NEW YORK (AP) — Enough New York police officers stopped writing tickets and making low-level arrests in the weeks since two officers were fatally shot that the number of summonses plummeted 90 percent, the city's police commissioner said Friday.
But William Bratton said the problem at the nation's police largest department is on the mend and the numbers are already going back up.
"I would describe it as a slowdown," Bratton said. "They never stopped working, 911 calls were responded to, arrests continued to be made, crime continued to go down."
Numbers for low-level arrests like fare beating in the subway and public drunkenness were down by half and summonses for criminal activity were down more than 90 percent after the Dec. 20 shooting deaths of Officers Rafael Ramos and Wenjian Liu in their patrol car.
The officers were targeted by a mentally unstable man who vowed online to kill two "pigs" in retaliation for the deaths of black men and boys at the hands of police around the country. The shootings caused a growing rancor between the rank and file and Mayor Bill de Blasio to boil over, as dozens of officers turned their backs on him at the hospital, and then thousands did at the funerals for the officers.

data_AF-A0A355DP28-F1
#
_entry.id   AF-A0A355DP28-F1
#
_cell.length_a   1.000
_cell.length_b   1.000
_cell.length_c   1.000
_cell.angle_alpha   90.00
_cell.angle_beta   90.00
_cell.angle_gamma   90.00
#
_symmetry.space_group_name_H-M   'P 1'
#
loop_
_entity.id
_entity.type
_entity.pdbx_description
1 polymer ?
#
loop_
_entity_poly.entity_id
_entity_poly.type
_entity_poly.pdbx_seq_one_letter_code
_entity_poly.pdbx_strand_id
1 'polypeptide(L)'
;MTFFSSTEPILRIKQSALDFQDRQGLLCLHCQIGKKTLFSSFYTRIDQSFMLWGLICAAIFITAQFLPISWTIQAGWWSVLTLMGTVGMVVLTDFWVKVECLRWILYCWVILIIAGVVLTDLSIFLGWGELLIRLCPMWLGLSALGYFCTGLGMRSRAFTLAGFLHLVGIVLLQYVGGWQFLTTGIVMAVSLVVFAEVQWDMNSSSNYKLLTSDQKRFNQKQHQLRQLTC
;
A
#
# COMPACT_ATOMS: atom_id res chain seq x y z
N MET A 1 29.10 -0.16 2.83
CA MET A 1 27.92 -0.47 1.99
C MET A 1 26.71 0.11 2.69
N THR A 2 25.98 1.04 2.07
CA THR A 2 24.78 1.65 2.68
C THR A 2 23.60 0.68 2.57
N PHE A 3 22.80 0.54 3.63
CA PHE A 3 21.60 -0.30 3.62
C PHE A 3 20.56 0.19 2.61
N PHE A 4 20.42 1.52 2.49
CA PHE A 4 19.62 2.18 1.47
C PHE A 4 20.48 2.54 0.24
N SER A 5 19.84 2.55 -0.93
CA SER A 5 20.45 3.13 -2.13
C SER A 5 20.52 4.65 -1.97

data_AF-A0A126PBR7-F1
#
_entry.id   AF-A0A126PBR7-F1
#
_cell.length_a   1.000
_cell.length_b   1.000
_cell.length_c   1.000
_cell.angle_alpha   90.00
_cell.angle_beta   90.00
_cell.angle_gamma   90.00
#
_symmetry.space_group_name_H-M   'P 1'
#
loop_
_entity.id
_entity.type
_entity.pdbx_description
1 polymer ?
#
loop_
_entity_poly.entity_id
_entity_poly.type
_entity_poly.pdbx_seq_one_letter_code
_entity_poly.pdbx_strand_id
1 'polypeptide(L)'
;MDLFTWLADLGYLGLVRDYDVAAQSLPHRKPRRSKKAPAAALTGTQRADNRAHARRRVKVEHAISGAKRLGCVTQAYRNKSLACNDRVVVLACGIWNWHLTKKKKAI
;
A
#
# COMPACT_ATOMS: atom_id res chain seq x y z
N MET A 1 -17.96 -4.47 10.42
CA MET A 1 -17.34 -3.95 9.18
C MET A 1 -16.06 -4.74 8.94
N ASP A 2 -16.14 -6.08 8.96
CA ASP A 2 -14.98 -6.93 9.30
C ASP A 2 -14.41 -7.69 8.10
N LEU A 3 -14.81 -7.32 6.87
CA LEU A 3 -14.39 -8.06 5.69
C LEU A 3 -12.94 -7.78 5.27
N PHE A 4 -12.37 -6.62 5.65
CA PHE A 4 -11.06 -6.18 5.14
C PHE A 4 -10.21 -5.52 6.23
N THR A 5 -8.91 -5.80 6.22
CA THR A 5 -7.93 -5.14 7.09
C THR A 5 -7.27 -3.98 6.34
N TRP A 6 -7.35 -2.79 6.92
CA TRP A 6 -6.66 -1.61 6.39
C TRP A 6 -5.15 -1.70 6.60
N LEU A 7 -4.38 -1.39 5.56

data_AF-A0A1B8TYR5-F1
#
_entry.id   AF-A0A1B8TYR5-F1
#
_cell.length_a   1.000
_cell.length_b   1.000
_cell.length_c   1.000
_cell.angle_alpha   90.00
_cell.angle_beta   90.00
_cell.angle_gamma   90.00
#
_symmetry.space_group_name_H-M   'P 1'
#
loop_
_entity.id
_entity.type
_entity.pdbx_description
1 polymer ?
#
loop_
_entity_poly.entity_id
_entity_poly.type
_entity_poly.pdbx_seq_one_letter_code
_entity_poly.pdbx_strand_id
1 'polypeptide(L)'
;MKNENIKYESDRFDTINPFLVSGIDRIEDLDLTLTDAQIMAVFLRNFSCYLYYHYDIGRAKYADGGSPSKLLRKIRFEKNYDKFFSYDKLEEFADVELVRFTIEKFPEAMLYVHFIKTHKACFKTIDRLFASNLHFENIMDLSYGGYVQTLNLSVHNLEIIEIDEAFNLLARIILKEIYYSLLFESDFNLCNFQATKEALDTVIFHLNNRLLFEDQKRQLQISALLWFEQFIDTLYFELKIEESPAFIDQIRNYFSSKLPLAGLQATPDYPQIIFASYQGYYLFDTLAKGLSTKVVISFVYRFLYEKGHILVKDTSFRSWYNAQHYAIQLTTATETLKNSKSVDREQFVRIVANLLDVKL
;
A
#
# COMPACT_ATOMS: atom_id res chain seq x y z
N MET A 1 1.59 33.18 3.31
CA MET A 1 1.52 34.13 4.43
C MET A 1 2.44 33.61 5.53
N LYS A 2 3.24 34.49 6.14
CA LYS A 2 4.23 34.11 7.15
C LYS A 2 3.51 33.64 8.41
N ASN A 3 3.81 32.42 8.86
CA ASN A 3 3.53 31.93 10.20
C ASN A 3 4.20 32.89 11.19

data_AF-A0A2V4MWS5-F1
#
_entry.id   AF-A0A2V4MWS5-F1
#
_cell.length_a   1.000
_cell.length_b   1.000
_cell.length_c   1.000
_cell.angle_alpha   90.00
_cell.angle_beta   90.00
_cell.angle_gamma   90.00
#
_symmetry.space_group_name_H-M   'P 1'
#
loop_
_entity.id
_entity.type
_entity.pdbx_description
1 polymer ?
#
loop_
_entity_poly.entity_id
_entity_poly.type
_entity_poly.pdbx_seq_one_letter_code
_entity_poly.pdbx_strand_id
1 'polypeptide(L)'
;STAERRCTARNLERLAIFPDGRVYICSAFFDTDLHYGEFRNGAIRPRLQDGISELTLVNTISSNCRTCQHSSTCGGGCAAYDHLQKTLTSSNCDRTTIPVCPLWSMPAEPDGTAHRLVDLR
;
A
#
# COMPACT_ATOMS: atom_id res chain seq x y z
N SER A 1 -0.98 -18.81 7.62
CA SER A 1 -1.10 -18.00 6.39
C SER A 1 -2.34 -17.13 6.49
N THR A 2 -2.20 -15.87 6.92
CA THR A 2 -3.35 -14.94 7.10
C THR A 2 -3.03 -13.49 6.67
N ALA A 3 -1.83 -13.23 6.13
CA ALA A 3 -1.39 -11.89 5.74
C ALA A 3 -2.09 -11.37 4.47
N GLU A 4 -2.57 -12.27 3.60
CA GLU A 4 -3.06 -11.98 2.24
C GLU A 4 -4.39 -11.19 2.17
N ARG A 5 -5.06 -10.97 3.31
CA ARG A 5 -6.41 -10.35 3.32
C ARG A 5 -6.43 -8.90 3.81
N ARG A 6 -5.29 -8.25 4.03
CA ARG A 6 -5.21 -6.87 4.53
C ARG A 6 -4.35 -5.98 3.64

There had been chatter of a deliberate slowdown because of the startling change in police statistics but Bratton did not confirm it until Friday, after he had taken a comprehensive look. He said he didn't know the cause of the slowdown, but he has said he realizes morale among some officers is low.
Bratton said he doesn't believe the slowdown affected safety and noted crime remains at historic lows. No officers were facing discipline.
"I don't think it's warranted," he said. "I'm very mindful of the extraordinarily stressful situations that the officers in the city found themselves in last month. And so we'll work to bring things back to normal."
One officer was suspended for insubordination during the period but it wasn't directly related to the slowdown.
Bratton said no police union gave any official instruction to slow police action. He met this week with the union leaders, and with borough chiefs to discuss the issue. "To encourage them to get out to the roll calls and start encouraging officers, now that we're out of the funerals and demonstrations, to get back to normal activity," he said.
The low enforcement activity prompted some to question Bratton's signature crime-fighting tool known as "broken windows," where low-level offenses were targeted to prevent more serious crime. But Bratton said Friday it had no major impact.
"The whole thesis of 'broken windows' is if over time you don't address an issue, over time it will create a larger issue," he said.